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Retinopathy of prematurity (ROP)RRetinopathy of prematurity (ROP)Retinopathy of prematurity (ROP)EnglishOphthalmologyPrematureEyesNervous systemConditions and diseasesCaregivers Adult (19+)NA2021-09-10T04:00:00Z7.5000000000000064.70000000000001168.00000000000Health (A-Z) - ConditionsHealth A-Z<p>Learn what retinopathy of prematurity is, how it is diagnosed and how it may be treated.</p><p>Your premature baby needs an eye exam by a paediatric ophthalmologist. This person is an eye doctor who specializes in checking and treating retina problems in children, including retina problems. This exam is important because premature babies may develop a condition called retinopathy (say: ret-in-OP-uh-thee) of prematurity, or ROP.<br></p><h2>Key points</h2> <ul> <li>Retinopathy of prematurity, or ROP, is caused when small abnormal blood vessels form in your premature baby's eye(s). </li> <li>The vessels can lead to bleeding and scarring. They may also cause the retina to move from its normal place in the eye. This is called retinal detachment.</li> <li>Your baby's eyes will be checked often for any changes. It is important to keep eye appointments, as abnormal vessels can form quickly. </li> <li>Treatments depend on your child's condition. </li> </ul><h2>What can happen if a baby has ROP </h2><p>Abnormal vessels can lead to bleeding and scarring in the retina. They may also cause the retina to separate, or move, from its normal place in the eye. This is called retinal detachment. This could lead to poor vision or even blindness.</p> <figure class="asset-c-80"> <span class="asset-image-title">ROP with retinal detachment</span> <img src="https://assets.aboutkidshealth.ca/akhassets/ROP_retinal_detachment_MED_ILL_EN.jpg" alt="The anatomy of an eye with retinal detachment along the top and bottom" /> <figcaption class="asset-image-caption">ROP may cause the retina to separate from its normal place in the eye.</figcaption> </figure> <h2>How common is ROP?</h2><p>Nobody really knows why abnormal blood vessels form. Some premature babies need oxygen to help them breathe. It is thought this oxygen treatment may play a part in ROP, even when it is closely monitored.</p><p>Not all premature babies have ROP. Babies born before 28 weeks or who weigh less than 1000 g at birth are at the highest risk for developing severe ROP. The risk of ROP developing also depends on how well the retina has formed.</p><h2>Checking your baby for ROP</h2><p>In Canada, all premature babies with a birth weight of 1250 g or less, or who are born at or before 30 weeks and six days are routinely examined for ROP. They will likely be examined initially at four to six weeks after birth. </p><p>The doctor will check your baby's eyes for any abnormal vessels. If these vessels are treated in time, it may help to stop retinal detachment.</p><p>Here is what you can expect to happen during the exam.</p><ul><li>Your baby will have special eye drops to make the pupils bigger. The pupil is the dark area in the centre of the coloured part of the eye. The drops take 30 minutes to an hour to work, sometimes longer. </li><li>Since your baby needs to be very still when their eyes are checked, they will be wrapped in a blanket and held down gently.</li><li>The doctor will check the retina using an instrument with a bright light called an ophthalmoscope (say: op-THAL-mo-scope). </li><li>Your baby will have eye drops to numb the surface of the eyeball.</li><li>Once the eyeball is numb, the doctor will use an instrument called a speculum to hold your baby's eyelids apart. This is because your baby is too young to keep their eyes open.</li><li>To get a good look at the eye, the doctor will also use an instrument called a depressor to gently move the eyeball. </li></ul><h3>Your baby should not feel any pain</h3><p>Being held down and having a bright light shone in their eyes will make your baby uncomfortable. They may cry during the exam, but they should not feel any pain.</p><h2>Explaining the condition of your baby's eyes</h2><p>After the exam, the doctor will explain the condition of your baby's eyes. Your baby's condition will be graded depending on how much the abnormal blood vessels have grown. The doctor will use the terms "zone" and "stage".</p><ul><li>The zone is graded from 1 to 3. This explains how far the blood vessels have grown on the retina. Vessels go from Zone 1 to 3 as they grow. The second image on this page shows the zones. </li><li>The stage explains the severity of the ROP. It is graded from 1 to 5. Stage 1 is the best (least severe) and stage 5 is the worst (most severe). </li><ul><li><p><strong>Stage 1 ROP</strong></p><p>In Stage 1, there is a thin line between the area with blood vessels and the area where the blood vessels have not grown yet. At this stage, the vessels may grow normally on their own, but the condition must be watched.</p></li><li><p><strong>Stage 2 ROP</strong></p><p>In Stage 2, the line between the areas with and without blood vessels widens and thickens into a ridge. The condition may still resolve, or it may progress to Stage 3 ROP.</p></li><li><p><strong>Stage 3 ROP</strong></p><p>In Stage 3, new blood vessels begin to grow along the ridge and extend into the clear gel that fills the eye, called vitreous body. These blood vessels can bleed and form scar tissue. </p></li><li><p><strong>Stage 4A ROP</strong></p><p>In Stage 4A, the abnormal blood vessels and scar tissue pull on the retina, partially detaching it. The centre of vision, called fovea (say: FOH-vee-uh), is not involved.</p></li><li><p><strong>Stage 4B ROP</strong></p><p>The retina is still only partially detached, but the fovea is affected. This usually leaves both the centre and peripheral vision impaired to some degree.</p></li><li><p><strong>Stage 5 ROP</strong></p><p>The retina is completely detached, severely affecting vision.</p></li></ul></ul><h2>How often your baby's eyes will be checked</h2><p>Your baby's eyes need to be checked often. Sometimes they will be checked every week or even every few days. The frequency of exams depends on different factors, such as the severity and location of ROP in the eye and how quickly normal blood vessels are forming. The formation of blood vessels is called vascularization. After each exam, the doctor will let you know when the next exam will happen.</p><p>In the majority of cases, even when ROP develops, it will resolve on its own with minimal effect on your baby’s vision. However, it is very important to keep all the appointments because abnormal vessels can form fairly quickly. In approximately 10% of babies, ROP will progress to the extent that is no longer safe to wait for it to resolve on its own.</p><h2>Treating ROP</h2> <p>If your baby has ROP, the treatment will depend on your baby's eye condition. Your baby may need laser treatment, eye injections or even surgeries (operations) to repair retinal detachment. Your doctor will discuss the best treatment for your baby with you.</p><h2>Regular check-ups are important</h2><p>It is important that your child is seen by an ophthalmologist often. Even when the blood vessels are fully formed, there is a greater chance that a premature baby can have certain eye conditions in the future, such as: </p><ul><li>near-sightedness (myopia) </li><li>cross eyes (<a href="/Article?contentid=836&language=English">strabismus</a>) </li><li>lazy eye (<a href="/Article?contentid=835&language=English">amblyopia</a>) </li><li>a condition in which the rays of light are focused in each eye at a different point (anisometropia).</li></ul><p>The ophthalmologist will want to check your child's eyes for these conditions. If an eye problem is found, your child's doctor may be able to treat it early.</p>
Rétinopathie des prématurésRRétinopathie des prématurésRetinopathy of prematurity (ROP)FrenchOphthalmologyPrematureEyesNervous systemConditions and diseasesCaregivers Adult (19+)NA2012-11-15T05:00:00Z8.0000000000000063.00000000000001135.00000000000Health (A-Z) - ConditionsHealth A-Z<p>Apprenez ce qu’est la rétinopathie des prématurés et comment elle peut être traitée.<br></p><p>Votre bébé prématuré doit subir un examen de la vue par un ophtalmologiste-pédiatre. Il s‘agit d’un médecin spécialiste des problèmes de rétine chez les enfants. Cet examen est important, car les bébés prématurés peuvent développer une maladie appelée rétinopathie des prématurés (autrement appelée fibroplasie rétrocristallinienne ou fribroplasie rétrolentale).</p><h2>À retenir</h2> <ul><li>La formation de petits vaisseaux anormaux dans l’œil de votre bébé prématuré s’appelle rétinopathie des prématurés.</li> <li>Les vaisseaux peuvent entraîner des saignements et des cicatrices. Ils peuvent aussi faire que la rétine se déplace de son emplacement normal dans l’œil.</li> <li>Il est important de respecter les rendez-vous, car les vaisseaux anormaux peuvent se former rapidement.</li> <li>Les traitements dépendent de l’état des yeux de votre enfant. </li></ul><h2>Risques de rétinopathie des prématurés</h2><p>Personne ne sait réellement pourquoi des vaisseaux sanguins anormaux se forment. On pense qu’un traitement à l’oxygène – utilisé parfois pour aider les bébés prématurés à respirer – peut jouer un rôle, même si l’enfant est surveillé de près.</p><p>Les bébés prématurés n’ont pas tous une rétinopathie des prématurés. Les bébés qui sont nés avant la 30e semaine de gestation ou avec un poids inférieur à 1 500 g (environ 3 livres et 5 onces) sont plus à risque, mais cela dépend également de si la rétine s’est bien formée ou pas.</p> <figure class="asset-c-80"><span class="asset-image-title">FRC avec décollement de la rétine </span><img src="https://assets.aboutkidshealth.ca/akhassets/ROP_retinal_detachment_MED_ILL_FR.jpg" alt="L’anatomie d’un œil avec décollement de la rétine du haut et du bas de l’œil" /><figcaption class="asset-image-caption">La FRC peut provoquer la séparation de la rétine de son emplacement d'origine dans l'œil.</figcaption> </figure><h2>Pourquoi faire examiner votre bébé pour savoir s’il a une rétinopathie des prématurés</h2> <p>Les vaisseaux anormaux qui se forment peuvent entraîner des saignements et des cicatrices au niveau de la rétine. Ils peuvent également faire que la rétine se sépare de son emplacement normal dans l’œil. On appelle cela un décollement de rétine. Il peut s’en suivre une mauvaise vue ou même une cécité (être aveugle).</p> <p>Le médecin examinera les yeux de votre bébé pour déceler la présence de vaisseaux anormaux. Si ces vaisseaux sont traités à temps, cela peut aider à arrêter le décollement de rétine.</p> <h2>Pendant l’examen</h2> <p>Voici ce à quoi vous pouvez vous attendre pendant l’examen :</p> <ul><li>Nous mettrons des gouttes spéciales dans les yeux de votre bébé pour dilater (agrandir) ses pupilles. La pupille est la zone sombre au centre de la partie colorée de l’œil. Les gouttes mettent 30 minutes à une heure pour agir, parfois même plus.</li> <li>Ensuite, le médecin observera la rétine en utilisant un instrument avec une lumière vive appelée un ophtalmoscope.</li> <li>Puisque votre bébé ne pourra garder ses yeux ouverts, le médecin utilisera un instrument appelé spéculum pour garder les paupières ouvertes.</li> <li>Pour bien observer l’œil, le médecin utilisera également un instrument appelé un abaisse-langue pour déplacer doucement l’œil.</li></ul> <h3>Votre bébé ne devrait ressentir aucune douleur</h3> <p>L’examen n’est pas agréable, mais votre bébé ne devrait ressentir aucune douleur. Avant de commencer, nous mettrons des gouttes pour engourdir la surface du globe oculaire (de l’œil). Puisque votre bébé doit rester immobile pendant l’examen de ses yeux, nous l’envelopperons dans une couverture et le maintiendrons en place en douceur.</p> <p>Votre bébé pleurera comme la plupart des bébés. Après tout, ils n’apprécient pas d'être maintenus immobiles ou qu’on dirige une lumière vive dans leurs yeux. Cette lumière vive est nécessaire pour réaliser l’examen.</p> <h3>Que signifient étape et zone?</h3> <p>Après l’examen, le médecin vous expliquera l’état des yeux de votre bébé. Le médecin utilisera les termes stade et zone.</p> <ul><li>La zone est cotée de 1 à 3. Elle désigne jusqu’où les vaisseaux sanguins se sont développés sur la rétine. Zone 3 désigne le meilleur résultat alors que zone 1 est le pire. L’illustration vous montre les zones.</li> <li>Le stade indique la gravité de la maladie. Le stade 1 est le meilleur (le moins grave) et le 5 est le pire (le plus grave).</li></ul> <h2>Combien de fois examinera-t-on les yeux de votre bébé</h2> <p>Les yeux de votre bébé devront être examinés souvent. Parfois, ils seront examinés toutes les semaines ou même, plusieurs fois par semaine. Après chaque examen, le médecin vous indiquera quand aura lieu le prochain examen.</p> <p>Il est très important de respecter tous vos rendez-vous, car des vaisseaux anormaux peuvent se former assez rapidement.</p><h2>Traitement de la rétinopathie des prématurés</h2> <p>Si votre bébé a une rétinopathie des prématurés, l’ophtalmologiste utilisera divers traitements selon l’état des yeux de votre bébé. Il aura peut-être besoin d’un traitement au laser, d’un traitement par le froid, ou même dopérations chirurgicales pour corriger le décollement de rétine. Votre médecin discutera avec vous du traitement qui convient le mieux à votre bébé.</p> <p>Après le traitement, il est très important de continuer à faire examiner les yeux de votre bébé.</p><p>Il est important pour votre enfant qu’il consulte souvent un ophtalmologiste. Même si les vaisseaux sanguins sont entièrement formés, car un bébé prématuré aura plus de risques d’avoir des problèmes oculaires. Par exemple, un bébé prématuré peut avoir les problèmes suivants :</p><ul><li>myopie,</li><li>strabisme (loucher),</li><li>œil paresseux (amblyopie),</li><li>différence d’erreur de réfraction (anisométropie) – état où les rayons lumineux sont focalisés dans chaque œil à un point différent.</li></ul><p>L’ophtalmologiste voudra vérifier si les yeux de votre enfant ont un de ces problèmes. Si c’est le cas, le médecin pourra peut-être le traiter rapidement.</p>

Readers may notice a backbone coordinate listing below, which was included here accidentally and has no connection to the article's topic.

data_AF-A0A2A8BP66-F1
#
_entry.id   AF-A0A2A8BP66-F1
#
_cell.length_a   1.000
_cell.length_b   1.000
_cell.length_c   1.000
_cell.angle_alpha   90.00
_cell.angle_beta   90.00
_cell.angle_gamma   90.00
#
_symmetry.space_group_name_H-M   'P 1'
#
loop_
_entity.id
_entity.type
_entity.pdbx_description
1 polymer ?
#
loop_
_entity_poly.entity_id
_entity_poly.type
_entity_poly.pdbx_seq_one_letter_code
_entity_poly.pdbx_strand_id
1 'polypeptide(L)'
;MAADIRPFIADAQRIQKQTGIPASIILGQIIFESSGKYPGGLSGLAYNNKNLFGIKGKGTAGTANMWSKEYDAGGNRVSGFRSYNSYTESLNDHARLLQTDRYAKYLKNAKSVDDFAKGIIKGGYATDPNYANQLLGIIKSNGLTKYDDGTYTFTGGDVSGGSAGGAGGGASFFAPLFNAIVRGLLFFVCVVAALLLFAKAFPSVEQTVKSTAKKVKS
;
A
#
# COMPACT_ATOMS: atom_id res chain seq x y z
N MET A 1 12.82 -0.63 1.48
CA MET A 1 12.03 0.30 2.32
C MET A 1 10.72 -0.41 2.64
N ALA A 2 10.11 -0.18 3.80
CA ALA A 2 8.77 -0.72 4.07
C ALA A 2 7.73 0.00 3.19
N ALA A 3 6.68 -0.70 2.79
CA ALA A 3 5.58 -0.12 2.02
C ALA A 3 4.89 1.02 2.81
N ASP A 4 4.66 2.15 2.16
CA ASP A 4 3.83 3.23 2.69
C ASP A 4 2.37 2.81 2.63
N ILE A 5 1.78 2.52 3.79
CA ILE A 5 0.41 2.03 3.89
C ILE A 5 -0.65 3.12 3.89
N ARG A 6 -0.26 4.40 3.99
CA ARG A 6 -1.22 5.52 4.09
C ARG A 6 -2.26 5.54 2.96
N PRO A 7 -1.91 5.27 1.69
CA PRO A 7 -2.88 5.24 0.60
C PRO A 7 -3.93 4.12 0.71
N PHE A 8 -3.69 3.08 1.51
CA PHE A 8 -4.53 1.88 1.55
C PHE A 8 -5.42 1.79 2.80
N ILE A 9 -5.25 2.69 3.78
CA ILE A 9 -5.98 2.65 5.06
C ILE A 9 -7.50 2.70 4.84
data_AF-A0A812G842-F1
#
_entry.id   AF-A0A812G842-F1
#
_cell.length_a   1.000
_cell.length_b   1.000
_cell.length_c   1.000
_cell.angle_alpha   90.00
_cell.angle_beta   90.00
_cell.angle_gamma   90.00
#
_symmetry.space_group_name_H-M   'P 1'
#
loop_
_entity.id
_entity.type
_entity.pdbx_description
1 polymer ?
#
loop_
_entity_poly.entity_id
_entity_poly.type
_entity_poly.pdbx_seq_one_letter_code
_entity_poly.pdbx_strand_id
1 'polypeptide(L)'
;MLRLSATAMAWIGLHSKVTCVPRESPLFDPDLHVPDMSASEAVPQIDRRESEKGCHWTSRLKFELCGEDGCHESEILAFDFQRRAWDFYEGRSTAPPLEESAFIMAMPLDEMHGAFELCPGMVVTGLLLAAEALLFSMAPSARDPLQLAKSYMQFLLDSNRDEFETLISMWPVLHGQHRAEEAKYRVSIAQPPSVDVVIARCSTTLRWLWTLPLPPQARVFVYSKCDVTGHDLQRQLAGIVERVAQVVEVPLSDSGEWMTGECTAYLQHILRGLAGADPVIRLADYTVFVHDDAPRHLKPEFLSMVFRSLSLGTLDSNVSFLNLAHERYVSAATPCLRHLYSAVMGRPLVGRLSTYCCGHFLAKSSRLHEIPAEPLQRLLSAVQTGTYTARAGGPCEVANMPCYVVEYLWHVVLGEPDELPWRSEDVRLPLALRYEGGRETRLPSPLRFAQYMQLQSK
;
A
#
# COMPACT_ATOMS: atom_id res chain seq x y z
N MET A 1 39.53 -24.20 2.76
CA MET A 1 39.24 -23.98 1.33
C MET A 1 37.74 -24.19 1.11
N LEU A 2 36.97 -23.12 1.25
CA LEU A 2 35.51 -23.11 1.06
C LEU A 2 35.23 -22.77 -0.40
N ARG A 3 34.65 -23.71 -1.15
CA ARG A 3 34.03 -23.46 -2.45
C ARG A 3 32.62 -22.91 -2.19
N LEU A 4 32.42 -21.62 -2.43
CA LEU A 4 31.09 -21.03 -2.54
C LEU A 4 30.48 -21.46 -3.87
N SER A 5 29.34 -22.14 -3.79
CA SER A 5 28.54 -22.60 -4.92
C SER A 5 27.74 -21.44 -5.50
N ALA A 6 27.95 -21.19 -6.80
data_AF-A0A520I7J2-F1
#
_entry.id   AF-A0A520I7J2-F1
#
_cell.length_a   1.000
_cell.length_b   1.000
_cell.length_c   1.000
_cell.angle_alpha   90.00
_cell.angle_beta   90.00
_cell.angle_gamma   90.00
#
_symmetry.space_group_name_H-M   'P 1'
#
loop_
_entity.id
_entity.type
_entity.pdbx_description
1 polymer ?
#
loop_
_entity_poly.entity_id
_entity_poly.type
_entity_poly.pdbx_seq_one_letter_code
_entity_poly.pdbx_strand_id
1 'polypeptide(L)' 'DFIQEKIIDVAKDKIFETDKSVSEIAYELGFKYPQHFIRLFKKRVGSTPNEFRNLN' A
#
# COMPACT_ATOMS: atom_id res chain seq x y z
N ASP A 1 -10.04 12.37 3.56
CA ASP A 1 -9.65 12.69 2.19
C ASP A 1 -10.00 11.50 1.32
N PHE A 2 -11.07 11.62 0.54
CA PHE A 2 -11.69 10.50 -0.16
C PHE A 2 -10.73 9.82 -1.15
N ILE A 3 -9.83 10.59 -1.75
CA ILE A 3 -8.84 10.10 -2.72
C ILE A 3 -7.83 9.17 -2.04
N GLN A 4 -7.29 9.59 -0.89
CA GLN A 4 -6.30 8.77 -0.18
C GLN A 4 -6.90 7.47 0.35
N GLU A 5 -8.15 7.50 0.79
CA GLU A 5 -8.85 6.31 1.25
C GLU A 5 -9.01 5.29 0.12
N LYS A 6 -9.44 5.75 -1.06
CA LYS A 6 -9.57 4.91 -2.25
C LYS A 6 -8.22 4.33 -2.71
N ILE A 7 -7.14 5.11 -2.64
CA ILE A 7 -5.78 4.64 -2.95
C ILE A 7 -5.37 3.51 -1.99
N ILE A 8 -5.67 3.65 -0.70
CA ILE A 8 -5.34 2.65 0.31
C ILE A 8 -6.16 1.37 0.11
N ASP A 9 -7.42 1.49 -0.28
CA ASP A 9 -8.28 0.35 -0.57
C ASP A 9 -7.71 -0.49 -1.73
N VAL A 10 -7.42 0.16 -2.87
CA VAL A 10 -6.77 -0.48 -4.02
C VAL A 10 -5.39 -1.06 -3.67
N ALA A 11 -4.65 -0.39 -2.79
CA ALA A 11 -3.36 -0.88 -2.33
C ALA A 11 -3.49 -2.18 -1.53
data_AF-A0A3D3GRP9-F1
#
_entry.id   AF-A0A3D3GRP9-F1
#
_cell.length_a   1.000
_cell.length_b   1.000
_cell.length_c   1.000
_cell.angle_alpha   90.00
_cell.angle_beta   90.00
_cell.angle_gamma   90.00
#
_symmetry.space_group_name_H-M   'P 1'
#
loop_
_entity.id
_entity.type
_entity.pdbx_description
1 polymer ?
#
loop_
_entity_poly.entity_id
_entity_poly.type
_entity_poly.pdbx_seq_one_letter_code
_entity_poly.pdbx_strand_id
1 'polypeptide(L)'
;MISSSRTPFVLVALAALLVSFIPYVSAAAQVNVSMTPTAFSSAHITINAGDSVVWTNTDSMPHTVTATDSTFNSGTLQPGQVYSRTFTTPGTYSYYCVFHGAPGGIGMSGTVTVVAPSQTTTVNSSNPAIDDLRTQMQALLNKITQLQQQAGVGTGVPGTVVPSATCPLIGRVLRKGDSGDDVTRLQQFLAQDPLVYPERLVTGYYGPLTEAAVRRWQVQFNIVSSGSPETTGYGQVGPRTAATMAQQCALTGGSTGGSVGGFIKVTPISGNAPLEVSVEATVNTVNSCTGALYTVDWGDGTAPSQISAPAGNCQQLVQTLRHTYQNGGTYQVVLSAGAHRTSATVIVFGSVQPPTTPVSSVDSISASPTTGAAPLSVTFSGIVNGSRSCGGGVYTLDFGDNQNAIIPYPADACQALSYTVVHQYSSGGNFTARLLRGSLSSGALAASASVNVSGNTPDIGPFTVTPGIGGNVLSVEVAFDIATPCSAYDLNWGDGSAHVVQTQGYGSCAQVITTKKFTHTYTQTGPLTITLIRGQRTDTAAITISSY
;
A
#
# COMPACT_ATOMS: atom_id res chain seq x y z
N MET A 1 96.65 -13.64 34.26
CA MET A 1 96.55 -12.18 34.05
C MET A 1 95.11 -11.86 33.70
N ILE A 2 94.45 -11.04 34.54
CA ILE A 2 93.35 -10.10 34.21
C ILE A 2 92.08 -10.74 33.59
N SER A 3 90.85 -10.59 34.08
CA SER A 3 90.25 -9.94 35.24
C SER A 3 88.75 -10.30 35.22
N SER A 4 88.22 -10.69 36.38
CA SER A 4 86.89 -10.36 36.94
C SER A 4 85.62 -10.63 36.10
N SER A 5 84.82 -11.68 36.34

Retinopathy of prematurity (ROP)834.000000000000Retinopathy of prematurity (ROP)Retinopathy of prematurity (ROP)REnglishOphthalmologyPrematureEyesNervous systemConditions and diseasesCaregivers Adult (19+)NA2021-09-10T04:00:00Z7.5000000000000064.70000000000001168.00000000000Health (A-Z) - ConditionsHealth A-Z<p>Learn what retinopathy of prematurity is, how it is diagnosed and how it may be treated.</p><p>Your premature baby needs an eye exam by a paediatric ophthalmologist. This person is an eye doctor who specializes in checking and treating retina problems in children, including retina problems. This exam is important because premature babies may develop a condition called retinopathy (say: ret-in-OP-uh-thee) of prematurity, or ROP.<br></p><h2>What is the retina?</h2><p>The retina is the inside lining in the back of the eye. It is the part that absorbs the rays of light that enter the eye. The retina changes the rays into electrical signals. It then sends the signals to the brain as a picture. In this way, the retina is like a film in a camera: it turns the rays of light it receives into a picture that a person sees.</p> <figure class="asset-c-80"> <span class="asset-image-title">Eye cross section</span> <img src="https://assets.aboutkidshealth.ca/akhassets/ROP_normal_eye_MED_ILL_EN.jpg" alt="The optic nerve, retina, retinal blood vessels, lens, iris, cornea, pupil and anterior chamber receiving image of balloons" /> </figure> <h2>What is retinopathy of prematurity?</h2><p>Retinopathy of prematurity (ROP) happens in <a href="/Article?contentid=2499&language=English">premature babies</a> when abnormal blood vessels start developing at the back of the eye.<br></p><p>At about 16 weeks of pregnancy, the baby's retina begins to develop blood vessels. The blood vessels that feed the retina start at the back of the eye and grow toward the front. The retina is gradually and evenly covered in blood vessels. They finish forming just before the baby is born at full term.</p><p>In a premature baby, these blood vessels have not finished forming. They continue to form after the baby is born. Most of the time, they will form normally and there will be no problem. But if smaller, abnormal vessels start developing, the condition is called ROP.</p> <figure class="asset-c-80"> <span class="asset-image-title">Retinopathy of prematurity (ROP)</span> <img src="https://assets.aboutkidshealth.ca/akhassets/ROP_MED_ILL_EN.jpg" alt="The anatomy of a premature eye with scar tissue and excessive growth of retinal blood vessels" /> <figcaption class="asset-image-caption">If a baby is born very early, the blood vessels of the retina may not have grown enough or may grow abnormally. This is called retinopathy of prematurity (ROP).</figcaption> </figure><h2>Key points</h2> <ul> <li>Retinopathy of prematurity, or ROP, is caused when small abnormal blood vessels form in your premature baby's eye(s). </li> <li>The vessels can lead to bleeding and scarring. They may also cause the retina to move from its normal place in the eye. This is called retinal detachment.</li> <li>Your baby's eyes will be checked often for any changes. It is important to keep eye appointments, as abnormal vessels can form quickly. </li> <li>Treatments depend on your child's condition. </li> </ul><h2>What can happen if a baby has ROP </h2><p>Abnormal vessels can lead to bleeding and scarring in the retina. They may also cause the retina to separate, or move, from its normal place in the eye. This is called retinal detachment. This could lead to poor vision or even blindness.</p> <figure class="asset-c-80"> <span class="asset-image-title">ROP with retinal detachment</span> <img src="https://assets.aboutkidshealth.ca/akhassets/ROP_retinal_detachment_MED_ILL_EN.jpg" alt="The anatomy of an eye with retinal detachment along the top and bottom" /> <figcaption class="asset-image-caption">ROP may cause the retina to separate from its normal place in the eye.</figcaption> </figure> <h2>How common is ROP?</h2><p>Nobody really knows why abnormal blood vessels form. Some premature babies need oxygen to help them breathe. It is thought this oxygen treatment may play a part in ROP, even when it is closely monitored.</p><p>Not all premature babies have ROP. Babies born before 28 weeks or who weigh less than 1000 g at birth are at the highest risk for developing severe ROP. The risk of ROP developing also depends on how well the retina has formed.</p><h2>Checking your baby for ROP</h2><p>In Canada, all premature babies with a birth weight of 1250 g or less, or who are born at or before 30 weeks and six days are routinely examined for ROP. They will likely be examined initially at four to six weeks after birth. </p><p>The doctor will check your baby's eyes for any abnormal vessels. If these vessels are treated in time, it may help to stop retinal detachment.</p><p>Here is what you can expect to happen during the exam.</p><ul><li>Your baby will have special eye drops to make the pupils bigger. The pupil is the dark area in the centre of the coloured part of the eye. The drops take 30 minutes to an hour to work, sometimes longer. </li><li>Since your baby needs to be very still when their eyes are checked, they will be wrapped in a blanket and held down gently.</li><li>The doctor will check the retina using an instrument with a bright light called an ophthalmoscope (say: op-THAL-mo-scope). </li><li>Your baby will have eye drops to numb the surface of the eyeball.</li><li>Once the eyeball is numb, the doctor will use an instrument called a speculum to hold your baby's eyelids apart. This is because your baby is too young to keep their eyes open.</li><li>To get a good look at the eye, the doctor will also use an instrument called a depressor to gently move the eyeball. </li></ul><h3>Your baby should not feel any pain</h3><p>Being held down and having a bright light shone in their eyes will make your baby uncomfortable. They may cry during the exam, but they should not feel any pain.</p><h2>Explaining the condition of your baby's eyes</h2><p>After the exam, the doctor will explain the condition of your baby's eyes. Your baby's condition will be graded depending on how much the abnormal blood vessels have grown. The doctor will use the terms "zone" and "stage".</p><ul><li>The zone is graded from 1 to 3. This explains how far the blood vessels have grown on the retina. Vessels go from Zone 1 to 3 as they grow. The second image on this page shows the zones. </li><li>The stage explains the severity of the ROP. It is graded from 1 to 5. Stage 1 is the best (least severe) and stage 5 is the worst (most severe). </li><ul><li><p><strong>Stage 1 ROP</strong></p><p>In Stage 1, there is a thin line between the area with blood vessels and the area where the blood vessels have not grown yet. At this stage, the vessels may grow normally on their own, but the condition must be watched.</p></li><li><p><strong>Stage 2 ROP</strong></p><p>In Stage 2, the line between the areas with and without blood vessels widens and thickens into a ridge. The condition may still resolve, or it may progress to Stage 3 ROP.</p></li><li><p><strong>Stage 3 ROP</strong></p><p>In Stage 3, new blood vessels begin to grow along the ridge and extend into the clear gel that fills the eye, called vitreous body. These blood vessels can bleed and form scar tissue. </p></li><li><p><strong>Stage 4A ROP</strong></p><p>In Stage 4A, the abnormal blood vessels and scar tissue pull on the retina, partially detaching it. The centre of vision, called fovea (say: FOH-vee-uh), is not involved.</p></li><li><p><strong>Stage 4B ROP</strong></p><p>The retina is still only partially detached, but the fovea is affected. This usually leaves both the centre and peripheral vision impaired to some degree.</p></li><li><p><strong>Stage 5 ROP</strong></p><p>The retina is completely detached, severely affecting vision.</p></li></ul></ul><h2>How often your baby's eyes will be checked</h2><p>Your baby's eyes need to be checked often. Sometimes they will be checked every week or even every few days. The frequency of exams depends on different factors, such as the severity and location of ROP in the eye and how quickly normal blood vessels are forming. The formation of blood vessels is called vascularization. After each exam, the doctor will let you know when the next exam will happen.</p><p>In the majority of cases, even when ROP develops, it will resolve on its own with minimal effect on your baby’s vision. However, it is very important to keep all the appointments because abnormal vessels can form fairly quickly. In approximately 10% of babies, ROP will progress to the extent that is no longer safe to wait for it to resolve on its own.</p><h2>Treating ROP</h2> <p>If your baby has ROP, the treatment will depend on your baby's eye condition. Your baby may need laser treatment, eye injections or even surgeries (operations) to repair retinal detachment. Your doctor will discuss the best treatment for your baby with you.</p><h2>Regular check-ups are important</h2><p>It is important that your child is seen by an ophthalmologist often. Even when the blood vessels are fully formed, there is a greater chance that a premature baby can have certain eye conditions in the future, such as: </p><ul><li>near-sightedness (myopia) </li><li>cross eyes (<a href="/Article?contentid=836&language=English">strabismus</a>) </li><li>lazy eye (<a href="/Article?contentid=835&language=English">amblyopia</a>) </li><li>a condition in which the rays of light are focused in each eye at a different point (anisometropia).</li></ul><p>The ophthalmologist will want to check your child's eyes for these conditions. If an eye problem is found, your child's doctor may be able to treat it early.</p><h2>Caring for your child's eyes in the future</h2> <p>All premature babies need regular eye exams by an ophthalmologist, preferably a paediatric ophthalmologist. An optometrist is <strong>not</strong> the right kind of doctor for premature babies. </p> <h3>If your baby's retinal blood vessels are normal</h3> <p>Your baby will still need to see an ophthalmologist regularly, but they will no longer need a retina specialist. The doctor may refer your child to a paediatric ophthalmologist in your area for check-ups. </p> <h3>If your baby has been treated for ROP<br></h3> <p>Your baby will continue to see a paediatric ophthalmologist who also specializes in retinal problems. </p> <p>When your baby's retinal condition is stable, your doctor may refer them to a paediatric ophthalmologist in your area for continued check-ups. </p>https://assets.aboutkidshealth.ca/akhassets/ROP_MED_ILL_EN.jpgRetinopathy of prematurity (ROP)False